The Republican mayor of Miami-Dade County, Florida, said Sunday that Black Lives Matter protests were definitely a "contributing factor" in the recent surge of coronavirus cases in the county.
Speaking with CBS' "Face the Nation," Mayor Carlos Giménez said, "Obviously the protests had a lot to do with it."
"We had thousands of young people together outside, a lot of them not wearing masks, and we know that when you do that and you are talking, and you are chanting, et cetera, that really spreads the virus," he said. "So absolutely the protests had something to do with it."
“The protests certainly had a lot to do with it,” @MayorGimenez says of #covid spikes surrounding recent #BLM prote… https://t.co/WcADX9tblU— Face The Nation (@Face The Nation)1593960873.0
The mayor did note, however, that the protests were likely not the only contributing factor, saying that residents who "let their guard down" also had something to do with the spike.
"So it's all of the above," he said. "I'm not saying it's just [protesting], but it was a contributing factor."
Miami-Dade County reported single-day highs of 2,418 new cases and 12 deaths on Saturday. On Sunday, the totals dropped only slightly with 2,282 new cases and 5 deaths reported, according to the Miami Herald. As of Sunday, Miami-Dade's total pandemic counts are 47,011 cases and 1,043 deaths.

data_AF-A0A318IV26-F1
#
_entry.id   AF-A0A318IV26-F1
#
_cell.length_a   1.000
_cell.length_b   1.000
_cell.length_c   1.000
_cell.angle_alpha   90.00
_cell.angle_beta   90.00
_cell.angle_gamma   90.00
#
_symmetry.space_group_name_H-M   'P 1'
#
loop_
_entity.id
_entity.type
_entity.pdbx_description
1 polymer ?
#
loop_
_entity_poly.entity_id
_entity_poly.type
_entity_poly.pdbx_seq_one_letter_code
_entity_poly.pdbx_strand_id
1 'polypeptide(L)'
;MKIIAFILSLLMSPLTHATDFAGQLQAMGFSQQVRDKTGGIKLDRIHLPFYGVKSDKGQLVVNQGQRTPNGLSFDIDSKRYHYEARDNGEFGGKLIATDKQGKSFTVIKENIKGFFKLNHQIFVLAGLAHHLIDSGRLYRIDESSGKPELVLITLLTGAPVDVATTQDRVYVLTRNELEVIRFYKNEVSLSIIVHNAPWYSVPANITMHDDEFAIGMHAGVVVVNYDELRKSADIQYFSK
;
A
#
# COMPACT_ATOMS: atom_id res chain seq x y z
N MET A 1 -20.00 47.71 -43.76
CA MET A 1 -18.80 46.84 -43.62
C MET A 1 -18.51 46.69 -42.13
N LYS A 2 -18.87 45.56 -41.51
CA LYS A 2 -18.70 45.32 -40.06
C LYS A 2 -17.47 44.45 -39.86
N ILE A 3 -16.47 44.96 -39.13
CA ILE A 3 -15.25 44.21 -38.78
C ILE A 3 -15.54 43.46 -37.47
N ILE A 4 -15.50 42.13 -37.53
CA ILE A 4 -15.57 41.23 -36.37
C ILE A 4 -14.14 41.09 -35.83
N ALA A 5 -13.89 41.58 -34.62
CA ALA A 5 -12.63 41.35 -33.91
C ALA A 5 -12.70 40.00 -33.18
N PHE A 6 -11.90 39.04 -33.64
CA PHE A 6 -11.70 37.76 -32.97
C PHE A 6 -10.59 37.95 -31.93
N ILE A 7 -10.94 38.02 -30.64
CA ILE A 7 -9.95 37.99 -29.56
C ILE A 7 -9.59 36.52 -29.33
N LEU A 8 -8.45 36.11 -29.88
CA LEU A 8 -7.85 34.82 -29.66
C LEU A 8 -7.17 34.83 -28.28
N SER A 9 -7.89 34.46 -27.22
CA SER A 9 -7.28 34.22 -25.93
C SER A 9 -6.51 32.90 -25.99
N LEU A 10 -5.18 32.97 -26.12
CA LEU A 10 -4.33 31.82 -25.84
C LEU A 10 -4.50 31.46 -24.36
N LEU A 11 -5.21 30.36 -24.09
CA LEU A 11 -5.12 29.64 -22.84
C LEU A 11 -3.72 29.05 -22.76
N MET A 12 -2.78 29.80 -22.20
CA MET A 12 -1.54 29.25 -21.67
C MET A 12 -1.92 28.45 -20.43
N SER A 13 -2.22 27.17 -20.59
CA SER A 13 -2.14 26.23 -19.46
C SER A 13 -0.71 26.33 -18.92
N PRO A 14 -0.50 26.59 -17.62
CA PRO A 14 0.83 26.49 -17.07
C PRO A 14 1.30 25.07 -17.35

The county's uptick is reflective of the state of Florida as a whole, which surpassed 200,000 total cases following the influx of new cases reported over the weekend. Several states across the country have experienced similar surges.
In the interview, Giménez suggested that the rapid rise of younger people testing positive for the virus and being hospitalized in the county in mid-June indicated that increased socializing and protests were responsible for the surge.
Many have suggested that the mass protests against racial injustice which erupted across the country following George Floyd's death in late May would lead to the further spread of the virus and have been suspicious of a recent study which concluded there was "no evidence" that such was the case.
After all, America's top infectious diseases expert, Dr. Anthony Fauci, warned in early June that mass protests were "a perfect set-up for the spread of the virus."
Yet despite enforcing strict lockdowns on businesses and churches in the early stages of the pandemic, state and local leaders did comparatively little to stop mass protests in the name of public health. In some cases, public health experts and state and local leaders openly supported the protests in the face of health risks.